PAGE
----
Second to story, I think theater makers have to have a strong focus on the audience. It’s for them, after all. If they are the focus of everything you make, then you know it will interest them. There are lots of ways to create work that is FOR the audience…There are lots of tools at your disposal. The most powerful one, of course, is imagination. I don’t mean your ability to imagine or create. I am speaking about the imagination of the audience. Good theater must ignite and inspire the audience’s imagination. You can do this with dance, music, magic, dialogue…any number of methods for communicating story. As long as your method requires the audience to use their imagination, you’re forcing them to invest in what they’re watching. Once they’ve made that investment, most of your work is done.
I’ve had several really great theater experiences. I studied in London for a year in college and will never forget being a groundling at The Globe. It was the first time that, as an audience member, I felt I was part of the show. That’s when it became clear how powerful it is to destroy that awful fourth wall we build in the theater and really share a story with the audience. I think the fourth wall is deadly for live theater. They do it better in the movies…let them have the fourth wall. Let live theater share the same space as its audience.
You're a member of The House Theatre….share the core of its
philosophy. How does House connect with and help build community?
At the core of The House’s philosophy is the following mission statement:
It is the mission of The House to unite Chicago in the spirit of Community through amazing feats of Storytelling.
The House is interested in creating community, if only for a few hours at a time. We do this through the ritual of theater. Every night we do a new show WITH (not for) a new audience. They are vital to what happens on stage and they can feel it. They share that feeling with the 140 other people that walk into the theater that night. Maybe they laugh or cry. Maybe they’re moved…Regardless, there was a shared experience that was unique to the collection of people in the audience that night.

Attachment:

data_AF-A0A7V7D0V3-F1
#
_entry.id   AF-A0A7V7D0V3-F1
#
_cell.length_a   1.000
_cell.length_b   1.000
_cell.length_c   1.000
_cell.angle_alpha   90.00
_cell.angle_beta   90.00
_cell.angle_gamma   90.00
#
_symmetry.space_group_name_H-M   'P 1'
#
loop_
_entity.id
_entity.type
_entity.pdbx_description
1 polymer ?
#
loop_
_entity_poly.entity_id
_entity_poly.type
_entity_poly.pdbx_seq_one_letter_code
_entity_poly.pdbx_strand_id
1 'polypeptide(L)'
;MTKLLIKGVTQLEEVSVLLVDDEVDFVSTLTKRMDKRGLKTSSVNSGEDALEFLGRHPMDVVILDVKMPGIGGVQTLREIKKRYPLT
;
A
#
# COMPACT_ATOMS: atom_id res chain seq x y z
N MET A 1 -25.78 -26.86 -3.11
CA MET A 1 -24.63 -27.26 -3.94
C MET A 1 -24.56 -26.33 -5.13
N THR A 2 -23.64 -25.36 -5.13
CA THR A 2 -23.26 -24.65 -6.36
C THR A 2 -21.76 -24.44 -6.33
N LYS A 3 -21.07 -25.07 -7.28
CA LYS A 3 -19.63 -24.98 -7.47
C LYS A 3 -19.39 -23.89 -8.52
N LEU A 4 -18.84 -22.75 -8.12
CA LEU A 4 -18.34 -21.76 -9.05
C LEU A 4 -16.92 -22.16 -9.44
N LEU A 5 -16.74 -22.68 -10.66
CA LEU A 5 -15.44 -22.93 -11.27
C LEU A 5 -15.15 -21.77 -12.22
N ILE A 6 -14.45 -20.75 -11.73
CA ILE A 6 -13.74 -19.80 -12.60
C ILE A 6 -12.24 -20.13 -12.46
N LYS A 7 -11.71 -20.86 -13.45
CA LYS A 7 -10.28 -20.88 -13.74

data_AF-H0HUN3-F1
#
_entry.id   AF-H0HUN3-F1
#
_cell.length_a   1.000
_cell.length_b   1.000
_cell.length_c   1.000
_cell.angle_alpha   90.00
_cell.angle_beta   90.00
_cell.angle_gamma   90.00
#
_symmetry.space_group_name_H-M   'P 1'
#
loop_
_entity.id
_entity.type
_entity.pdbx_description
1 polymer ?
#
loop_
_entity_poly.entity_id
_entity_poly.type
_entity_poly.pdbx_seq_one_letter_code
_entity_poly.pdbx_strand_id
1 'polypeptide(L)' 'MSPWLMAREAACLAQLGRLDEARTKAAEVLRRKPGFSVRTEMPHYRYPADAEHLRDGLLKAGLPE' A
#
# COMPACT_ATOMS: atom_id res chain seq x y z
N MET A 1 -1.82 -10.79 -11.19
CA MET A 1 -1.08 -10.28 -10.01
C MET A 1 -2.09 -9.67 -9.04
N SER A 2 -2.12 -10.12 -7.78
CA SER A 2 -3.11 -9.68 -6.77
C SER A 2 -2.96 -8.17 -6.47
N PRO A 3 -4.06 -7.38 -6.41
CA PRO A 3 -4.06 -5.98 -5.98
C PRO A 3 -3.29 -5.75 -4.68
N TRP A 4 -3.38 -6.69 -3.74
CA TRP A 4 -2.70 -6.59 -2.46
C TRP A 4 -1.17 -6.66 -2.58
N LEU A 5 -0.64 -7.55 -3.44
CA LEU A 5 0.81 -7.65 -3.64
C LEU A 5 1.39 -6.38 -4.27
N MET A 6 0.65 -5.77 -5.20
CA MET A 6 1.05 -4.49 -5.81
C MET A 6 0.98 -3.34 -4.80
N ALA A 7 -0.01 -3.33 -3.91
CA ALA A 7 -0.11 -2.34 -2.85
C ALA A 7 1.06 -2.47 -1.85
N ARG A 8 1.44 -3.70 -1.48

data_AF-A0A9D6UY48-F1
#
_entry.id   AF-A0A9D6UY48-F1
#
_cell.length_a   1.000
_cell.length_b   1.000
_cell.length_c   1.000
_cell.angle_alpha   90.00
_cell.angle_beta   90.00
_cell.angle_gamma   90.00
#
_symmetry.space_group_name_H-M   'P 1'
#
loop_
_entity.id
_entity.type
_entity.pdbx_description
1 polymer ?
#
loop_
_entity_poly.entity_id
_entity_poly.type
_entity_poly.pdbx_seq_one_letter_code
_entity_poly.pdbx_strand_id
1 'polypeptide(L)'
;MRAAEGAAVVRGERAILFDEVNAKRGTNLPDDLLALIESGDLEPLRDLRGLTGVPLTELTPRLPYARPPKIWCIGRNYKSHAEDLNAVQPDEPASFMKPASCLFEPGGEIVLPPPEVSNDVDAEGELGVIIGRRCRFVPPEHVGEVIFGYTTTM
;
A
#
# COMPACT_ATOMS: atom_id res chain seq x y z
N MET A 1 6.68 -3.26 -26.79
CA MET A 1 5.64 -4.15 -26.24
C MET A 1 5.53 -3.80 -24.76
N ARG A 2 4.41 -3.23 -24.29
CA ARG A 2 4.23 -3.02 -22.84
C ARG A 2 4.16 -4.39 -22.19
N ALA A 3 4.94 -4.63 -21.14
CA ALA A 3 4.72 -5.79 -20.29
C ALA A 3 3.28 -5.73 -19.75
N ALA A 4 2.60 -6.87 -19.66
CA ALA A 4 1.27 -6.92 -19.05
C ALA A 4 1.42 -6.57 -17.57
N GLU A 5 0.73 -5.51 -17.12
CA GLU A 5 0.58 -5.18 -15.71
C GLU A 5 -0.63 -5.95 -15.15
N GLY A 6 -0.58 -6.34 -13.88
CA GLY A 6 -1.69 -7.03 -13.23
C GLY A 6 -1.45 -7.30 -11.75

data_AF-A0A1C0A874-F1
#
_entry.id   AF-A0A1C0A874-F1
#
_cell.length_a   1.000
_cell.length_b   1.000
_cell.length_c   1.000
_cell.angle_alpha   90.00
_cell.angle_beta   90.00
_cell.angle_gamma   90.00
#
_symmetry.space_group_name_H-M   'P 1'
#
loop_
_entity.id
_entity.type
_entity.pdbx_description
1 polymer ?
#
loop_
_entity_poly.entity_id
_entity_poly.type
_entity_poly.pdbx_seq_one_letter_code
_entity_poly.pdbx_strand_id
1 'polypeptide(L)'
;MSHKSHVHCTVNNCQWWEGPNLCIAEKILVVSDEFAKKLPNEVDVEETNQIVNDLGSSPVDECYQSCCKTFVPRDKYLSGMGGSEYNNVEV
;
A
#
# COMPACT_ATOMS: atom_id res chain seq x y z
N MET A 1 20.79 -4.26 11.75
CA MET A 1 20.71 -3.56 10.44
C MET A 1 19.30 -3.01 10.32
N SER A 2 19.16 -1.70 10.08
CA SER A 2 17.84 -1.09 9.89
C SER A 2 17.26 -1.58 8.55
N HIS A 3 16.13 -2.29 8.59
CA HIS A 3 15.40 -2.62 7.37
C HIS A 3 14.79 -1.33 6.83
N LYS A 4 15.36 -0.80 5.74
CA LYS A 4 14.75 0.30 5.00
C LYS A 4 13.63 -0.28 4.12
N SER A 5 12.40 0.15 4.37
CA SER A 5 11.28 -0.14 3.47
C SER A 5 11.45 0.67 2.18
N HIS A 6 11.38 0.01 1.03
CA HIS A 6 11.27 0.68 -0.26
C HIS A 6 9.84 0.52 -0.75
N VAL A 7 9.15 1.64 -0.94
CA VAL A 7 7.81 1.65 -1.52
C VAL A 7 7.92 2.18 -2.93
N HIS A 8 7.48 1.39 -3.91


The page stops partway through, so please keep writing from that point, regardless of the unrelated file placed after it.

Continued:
Talk a little about the process of creating this piece, and your fellow cast members.
Creating this piece was a joy. Molly Brennan (our director) is a genius. She has a phenomenal way of getting us to be alive, alert and real in the space. We did a lot of workshopping. We worked constantly on the fundamentals of clowning. We worked at being emotionally available. We worked at reacting to each other and to the audience in real and exciting ways.
The script I wrote was, largely, an action script. I wrote what had to happen to move the story forward. I wrote the essentials of the characters and what they do to each other.
However, a lot of what I wrote was very vague. For example, I wrote:
“Three clowns enter driving a make-shift ambulance. This might be a shopping cart or a little red wagon. The clowns give The Old Man the once over. This, no doubt, includes the mis-use of medical equipment and unintentional beating of the patient. This scene should be fast-paced and hilarious. It should be light and ridiculous, as opposed to dark and scary, like the end of Act 1.”
From there, Molly, Paul (the assistant director) and the rest of us would slowly build the work. It was an absolute blast from beginning to end.
What's something not in the official bio?
Something not in the official bio…
The canary in the show is Rosie. She’s named after my grandmother.
The Magnificents runs through November 3 at the Viaduct Theater.
3111 N. Western Ave.
Chicago IL 60618
The House Theatre
4700 N. Ravenswood Ave.
Chicago IL 60640